The John Garne Way allotment site comprises an area of 1.39 hectares (or 3.43 acres) which equates to 45 ten pole plots, many of which are split into smaller segments. Currently there are 59 plots/segments in use, some by individuals, some by couples and others by families. The membership total is now 86, with ages ranging from youngsters to octogenarians!
The site is west facing and open to the sun, giving views of the Oxford spires from the top end.
There is a shed at the site where stocks of compost, manure, onion sets, seed potatoes, seeds, canes, netting and other allotment essentials are available at competitive prices for purchase by members. The shed is open on Sunday mornings, excepting December and January.
Also accessible are toilet facilities (though the water is turned off in winter) and a First Aid kit.
For crop watering, there are water butts in central positions on the three plot access tracks as well as tanks containing rain water harvested from the shed roof.
Bees and wild life
Bee activity can be attributed to beehives in one corner of the site, looked after by a site member. These are ‘national’ hives so, as well as providing launch pads for plant pollination, honey harvests are expected! As well as bees buzzing around, the more observant may also spot a variety of bird species, including red kites, robins, wrens, herons, woodpeckers and, if you are lucky, a red-legged partridge. Lurking in the undergrowth you may also happen upon frogs, toads and lizards.
The allotment community
Allotmenteers in general are a cheerful and friendly bunch, happy to offer tips and share their expertise, or lack of the same, with one another. Occasional get-togethers are organised, such as work-parties, where all are invited to ‘muck in’ and help with the maintenance of the site as a whole, with bring-and-share refreshments to sustain the troops. One job the work parties don’t have to deal with is the mowing of the paths, which a committee member who lives nearby has taken on.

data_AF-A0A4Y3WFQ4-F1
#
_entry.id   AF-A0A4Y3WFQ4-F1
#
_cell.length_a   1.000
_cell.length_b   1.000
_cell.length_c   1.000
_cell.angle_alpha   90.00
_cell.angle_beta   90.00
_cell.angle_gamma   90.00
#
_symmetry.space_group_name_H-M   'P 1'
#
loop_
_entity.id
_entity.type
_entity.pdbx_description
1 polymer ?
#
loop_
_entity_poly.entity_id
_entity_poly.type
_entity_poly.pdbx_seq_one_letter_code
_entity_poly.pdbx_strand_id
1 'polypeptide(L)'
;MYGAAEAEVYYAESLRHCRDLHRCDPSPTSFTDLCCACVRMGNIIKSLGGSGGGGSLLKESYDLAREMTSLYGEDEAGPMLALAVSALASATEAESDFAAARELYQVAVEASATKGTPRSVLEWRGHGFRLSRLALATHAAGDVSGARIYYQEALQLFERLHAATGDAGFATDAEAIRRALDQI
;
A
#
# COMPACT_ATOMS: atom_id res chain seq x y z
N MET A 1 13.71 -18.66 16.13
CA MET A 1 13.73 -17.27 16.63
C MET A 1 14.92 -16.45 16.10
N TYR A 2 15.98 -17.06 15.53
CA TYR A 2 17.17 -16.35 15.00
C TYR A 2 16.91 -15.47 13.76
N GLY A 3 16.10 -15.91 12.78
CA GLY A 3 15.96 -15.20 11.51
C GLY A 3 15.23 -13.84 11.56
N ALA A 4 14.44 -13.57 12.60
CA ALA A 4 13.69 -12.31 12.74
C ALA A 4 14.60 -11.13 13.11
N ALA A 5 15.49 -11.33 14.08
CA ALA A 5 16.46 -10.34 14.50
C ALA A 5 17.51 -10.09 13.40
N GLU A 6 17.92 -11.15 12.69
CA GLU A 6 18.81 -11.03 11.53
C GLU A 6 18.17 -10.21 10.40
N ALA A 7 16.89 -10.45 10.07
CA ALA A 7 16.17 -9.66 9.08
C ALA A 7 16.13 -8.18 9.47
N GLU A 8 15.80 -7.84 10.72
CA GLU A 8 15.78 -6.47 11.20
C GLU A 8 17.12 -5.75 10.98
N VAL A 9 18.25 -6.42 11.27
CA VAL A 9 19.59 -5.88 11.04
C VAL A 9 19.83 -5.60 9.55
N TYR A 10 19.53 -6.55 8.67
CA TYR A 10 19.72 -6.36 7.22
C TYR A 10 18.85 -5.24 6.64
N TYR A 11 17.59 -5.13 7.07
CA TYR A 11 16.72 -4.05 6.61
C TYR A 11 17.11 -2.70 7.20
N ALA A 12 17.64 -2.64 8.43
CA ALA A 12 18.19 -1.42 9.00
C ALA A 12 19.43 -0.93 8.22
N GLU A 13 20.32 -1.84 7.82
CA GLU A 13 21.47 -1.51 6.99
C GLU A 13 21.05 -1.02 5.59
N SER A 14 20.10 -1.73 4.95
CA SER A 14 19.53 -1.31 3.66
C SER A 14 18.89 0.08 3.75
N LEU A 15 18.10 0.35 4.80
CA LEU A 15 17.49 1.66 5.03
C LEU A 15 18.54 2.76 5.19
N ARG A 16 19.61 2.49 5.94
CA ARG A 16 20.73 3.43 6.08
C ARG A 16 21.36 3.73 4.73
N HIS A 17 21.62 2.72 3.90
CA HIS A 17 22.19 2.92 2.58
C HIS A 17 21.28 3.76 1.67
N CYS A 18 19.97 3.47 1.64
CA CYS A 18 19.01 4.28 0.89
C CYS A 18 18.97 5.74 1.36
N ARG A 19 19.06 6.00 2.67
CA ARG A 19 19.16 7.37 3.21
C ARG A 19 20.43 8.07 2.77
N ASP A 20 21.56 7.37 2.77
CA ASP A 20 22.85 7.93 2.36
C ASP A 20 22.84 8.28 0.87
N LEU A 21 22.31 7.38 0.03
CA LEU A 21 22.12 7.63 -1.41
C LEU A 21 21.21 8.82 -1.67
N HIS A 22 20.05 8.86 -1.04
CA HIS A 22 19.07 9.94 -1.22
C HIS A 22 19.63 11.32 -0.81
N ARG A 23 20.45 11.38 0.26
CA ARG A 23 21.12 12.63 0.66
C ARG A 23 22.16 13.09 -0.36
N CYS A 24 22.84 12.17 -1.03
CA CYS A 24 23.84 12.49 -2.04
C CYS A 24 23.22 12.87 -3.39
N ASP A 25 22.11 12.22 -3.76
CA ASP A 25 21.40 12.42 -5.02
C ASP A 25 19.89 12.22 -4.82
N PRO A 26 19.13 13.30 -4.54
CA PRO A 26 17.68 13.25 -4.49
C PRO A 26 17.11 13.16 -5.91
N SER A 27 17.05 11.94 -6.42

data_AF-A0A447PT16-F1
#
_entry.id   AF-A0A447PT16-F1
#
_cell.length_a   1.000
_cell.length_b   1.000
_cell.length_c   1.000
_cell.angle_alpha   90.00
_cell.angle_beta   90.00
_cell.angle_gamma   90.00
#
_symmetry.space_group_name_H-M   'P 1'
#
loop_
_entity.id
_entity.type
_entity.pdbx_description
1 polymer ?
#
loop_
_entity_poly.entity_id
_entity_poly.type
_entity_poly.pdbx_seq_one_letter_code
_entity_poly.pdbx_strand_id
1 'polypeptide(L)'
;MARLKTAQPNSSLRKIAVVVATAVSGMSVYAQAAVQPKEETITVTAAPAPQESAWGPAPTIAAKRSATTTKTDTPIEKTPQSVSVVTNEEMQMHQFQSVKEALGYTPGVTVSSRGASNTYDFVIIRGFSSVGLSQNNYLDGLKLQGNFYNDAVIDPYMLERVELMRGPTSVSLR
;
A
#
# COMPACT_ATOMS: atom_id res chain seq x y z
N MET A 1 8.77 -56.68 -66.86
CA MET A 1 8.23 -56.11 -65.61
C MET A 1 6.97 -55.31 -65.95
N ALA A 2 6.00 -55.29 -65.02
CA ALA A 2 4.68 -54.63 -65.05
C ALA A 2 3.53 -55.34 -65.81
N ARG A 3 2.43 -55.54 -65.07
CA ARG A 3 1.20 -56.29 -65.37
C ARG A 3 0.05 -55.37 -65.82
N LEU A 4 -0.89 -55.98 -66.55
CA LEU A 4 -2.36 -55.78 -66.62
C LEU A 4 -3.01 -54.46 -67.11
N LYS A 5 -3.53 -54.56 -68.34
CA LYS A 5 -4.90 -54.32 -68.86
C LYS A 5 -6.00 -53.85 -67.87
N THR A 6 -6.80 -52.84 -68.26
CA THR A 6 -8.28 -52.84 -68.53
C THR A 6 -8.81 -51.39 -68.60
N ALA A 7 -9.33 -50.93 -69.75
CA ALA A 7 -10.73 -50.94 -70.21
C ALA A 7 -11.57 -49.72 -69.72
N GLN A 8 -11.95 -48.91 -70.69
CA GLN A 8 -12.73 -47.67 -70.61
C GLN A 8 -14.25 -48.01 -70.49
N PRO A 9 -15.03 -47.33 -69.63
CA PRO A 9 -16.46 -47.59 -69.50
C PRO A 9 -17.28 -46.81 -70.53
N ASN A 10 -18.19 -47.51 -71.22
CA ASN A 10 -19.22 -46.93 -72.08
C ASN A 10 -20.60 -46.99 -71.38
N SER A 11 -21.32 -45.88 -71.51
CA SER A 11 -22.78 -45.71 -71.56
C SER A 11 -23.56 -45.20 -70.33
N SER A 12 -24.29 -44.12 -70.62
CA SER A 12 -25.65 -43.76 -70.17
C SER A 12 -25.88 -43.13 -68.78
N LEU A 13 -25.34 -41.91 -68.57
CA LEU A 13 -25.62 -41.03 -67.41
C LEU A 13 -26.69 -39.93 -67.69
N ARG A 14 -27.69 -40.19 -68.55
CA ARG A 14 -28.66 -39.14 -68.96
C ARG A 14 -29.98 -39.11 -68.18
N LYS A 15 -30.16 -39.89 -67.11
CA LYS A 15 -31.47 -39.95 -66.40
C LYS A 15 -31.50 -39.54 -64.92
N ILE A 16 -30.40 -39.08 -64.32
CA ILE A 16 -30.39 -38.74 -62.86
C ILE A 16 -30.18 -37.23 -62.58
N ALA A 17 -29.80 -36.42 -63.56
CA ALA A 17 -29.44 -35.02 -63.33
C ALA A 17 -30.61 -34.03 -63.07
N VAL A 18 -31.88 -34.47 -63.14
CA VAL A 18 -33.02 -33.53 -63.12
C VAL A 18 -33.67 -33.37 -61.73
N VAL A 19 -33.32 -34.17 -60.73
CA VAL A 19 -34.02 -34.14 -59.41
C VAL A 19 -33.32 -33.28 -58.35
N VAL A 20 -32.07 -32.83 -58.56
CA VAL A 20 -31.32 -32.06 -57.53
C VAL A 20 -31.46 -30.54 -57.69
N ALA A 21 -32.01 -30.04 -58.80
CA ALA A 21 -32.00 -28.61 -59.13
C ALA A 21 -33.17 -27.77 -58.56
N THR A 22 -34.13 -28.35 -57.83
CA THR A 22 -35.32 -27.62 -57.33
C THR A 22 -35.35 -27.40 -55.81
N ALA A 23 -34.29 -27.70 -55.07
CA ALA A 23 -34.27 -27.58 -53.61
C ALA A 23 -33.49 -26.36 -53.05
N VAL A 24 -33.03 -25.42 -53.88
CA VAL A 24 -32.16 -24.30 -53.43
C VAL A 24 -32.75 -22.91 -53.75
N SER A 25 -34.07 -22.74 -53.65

Then there is the Christmas social, held in conjunction with the site Annual General Meeting. So, on offer is a friendly atmosphere, exercise, fresh air and, the fruit of your labours, fresh home-grown fruit and veg – sweet corn, Brussels sprouts, you name it. And whether you need five or ten a day, an allotment has the potential to produce a fair amount of it.
The wider community
The site is adjacent to the rear of St Michael’s Church of England School, Marston Road and a plot is made available to the school in order to introduce the children to the delights of getting their hands dirty, contending with worms and other subterranean life, seeing things grow and, hopefully, tasting the end products. There is a gate from the school into the site. This is a popular project – there is a waiting list!
After 30 years as Field Secretary, David Ruffels decided in 2016 that it was time to step down both from this role and also as buyer of shed stocks for the association as a whole. David’s hard work, experience and wisdom have been greatly appreciated and it is good news indeed that he will continue to be available to give support to his successor, Alan Cooper, and the site committee.
The committee, which comprises eleven members, including the Field Secretary, meets on the first Sunday of each month (excepting December and January). A summary of the committee’s deliberations is posted on the site noticeboards and emailed to the site members.
The site is secured by a combination lock, the current code for which is advised to site members on renewal of their annual membership. There is on-street and limited on-site parking.